Antibodies are widely used reagents to test for expression of proteins and other antigens. However, they might not always reliably produce results when they do not specifically bind to the target proteins that their providers designed them for, leading to unreliable research results. While many proposals have been developed to deal with the problem of antibody specificity, it is still challenging to cover the millions of antibodies that are available to researchers. In this study, we investigate the feasibility of automatically generating alerts to users of problematic antibodies by extracting statements about antibody specificity reported in the literature. The extracted alerts can be used to construct an “Antibody Watch” knowledge base containing supporting statements of problematic antibodies. We developed a deep neural network system and tested its performance with a corpus of more than two thousand articles that reported uses of antibodies. We divided the problem into two tasks. Given an input article, the first task is to identify snippets about antibody specificity and classify if the snippets report that any antibody exhibits non-specificity, and thus is problematic. The second task is to link each of these snippets to one or more antibodies mentioned in the snippet. The experimental evaluation shows that our system can accurately perform the classification task with 0.925 weighted F1-score, linking with 0.962 accuracy, and 0.914 weighted F1 when combined to complete the joint task. We leveraged Research Resource Identifiers (RRID) to precisely identify antibodies linked to the extracted specificity snippets. The result shows that it is feasible to construct a reliable knowledge base about problematic antibodies by text mining.
Antibodies are widely used reagents to test for the expression of proteins. However, antibodies are also a known source of reproducibility problems in biomedicine, as specificity and other issues can complicate their use. Information about how antibodies perform for specific applications are scattered across the biomedical literature and multiple websites. To alert scientists with reported antibody issues, we develop text mining algorithms that can identify specificity issues reported in the literature. We developed a deep neural network algorithm and performed a feasibility study on 2,223 papers. We leveraged Research Resource Identifiers (RRIDs), unique identifiers for antibodies and other biomedical resources, to match extracted specificity issues with particular antibodies. The results show that our system, called “Antibody Watch,” can accurately perform specificity issue identification and RRID association with a weighted F-score over 0.914. From our test corpus, we identified 37 antibodies with 68 nonspecific issue statements. With Antibody Watch, for example, if one were looking for an antibody targeting beta-Amyloid 1–16, from 74 antibodies at dkNET Resource Reports (on 10/2/20), one would be alerted that “some non-specific bands were detected at 55 kDa in both WT and APP/PS1 mice with the 6E10 antibody…”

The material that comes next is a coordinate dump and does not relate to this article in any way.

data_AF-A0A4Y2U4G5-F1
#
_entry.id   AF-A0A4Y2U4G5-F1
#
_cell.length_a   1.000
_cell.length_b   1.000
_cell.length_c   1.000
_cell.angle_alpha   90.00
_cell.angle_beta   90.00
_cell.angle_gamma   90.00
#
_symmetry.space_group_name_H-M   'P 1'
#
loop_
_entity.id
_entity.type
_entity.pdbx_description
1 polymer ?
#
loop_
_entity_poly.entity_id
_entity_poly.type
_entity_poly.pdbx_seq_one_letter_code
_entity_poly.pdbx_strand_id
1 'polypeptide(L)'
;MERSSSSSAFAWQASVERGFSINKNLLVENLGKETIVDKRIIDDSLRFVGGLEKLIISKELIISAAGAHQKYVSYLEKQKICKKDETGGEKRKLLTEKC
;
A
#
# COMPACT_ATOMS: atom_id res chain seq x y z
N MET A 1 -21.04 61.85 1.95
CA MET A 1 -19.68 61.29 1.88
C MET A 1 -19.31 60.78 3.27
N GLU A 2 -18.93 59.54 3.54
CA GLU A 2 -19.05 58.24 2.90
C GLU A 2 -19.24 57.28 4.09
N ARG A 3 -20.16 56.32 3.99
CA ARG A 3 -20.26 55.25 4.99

Citation: Hsu C-N, Chang C-H, Poopradubsil T, Lo A, William KA, Lin K-W, et al. (2021) Antibody Watch: Text mining antibody specificity from the literature. PLoS Comput Biol 17(5): e1008967. https://doi.org/10.1371/journal.pcbi.1008967
Editor: Feilim Mac Gabhann, Johns Hopkins University, UNITED STATES
Received: November 11, 2020; Accepted: April 15, 2021; Published: May 27, 2021
Copyright: © 2021 Hsu et al. This is an open access article distributed under the terms of the Creative Commons Attribution License, which permits unrestricted use, distribution, and reproduction in any medium, provided the original author and source are credited.
Data Availability: All dataset files are available at Zenodo: doi:10.5281/zenodo.3701930.
Funding: C.-H. C. and T.P. were supported by the Ministry of Science and Technology, Taiwan under grant 108-2918-I-008-004. Other authors (C.-N. H, A. L., K. W., K.-W. L., A. B., I. B. O., J. S. G., and M. E. M.) have been supported by NIH grant U24DK097771, which supports the National Institute of Diabetes and Digestive and Kidney Diseases (NIDDK) Information Network (dkNET, https://dknet.org), and NIH’s National Institute on Drug Abuse award U24DA039832, which supports the Neuroscience Information Framework (http://neuinfo.org). The funders had no role in study design, data collection and analysis, decision to publish, or preparation of the manuscript.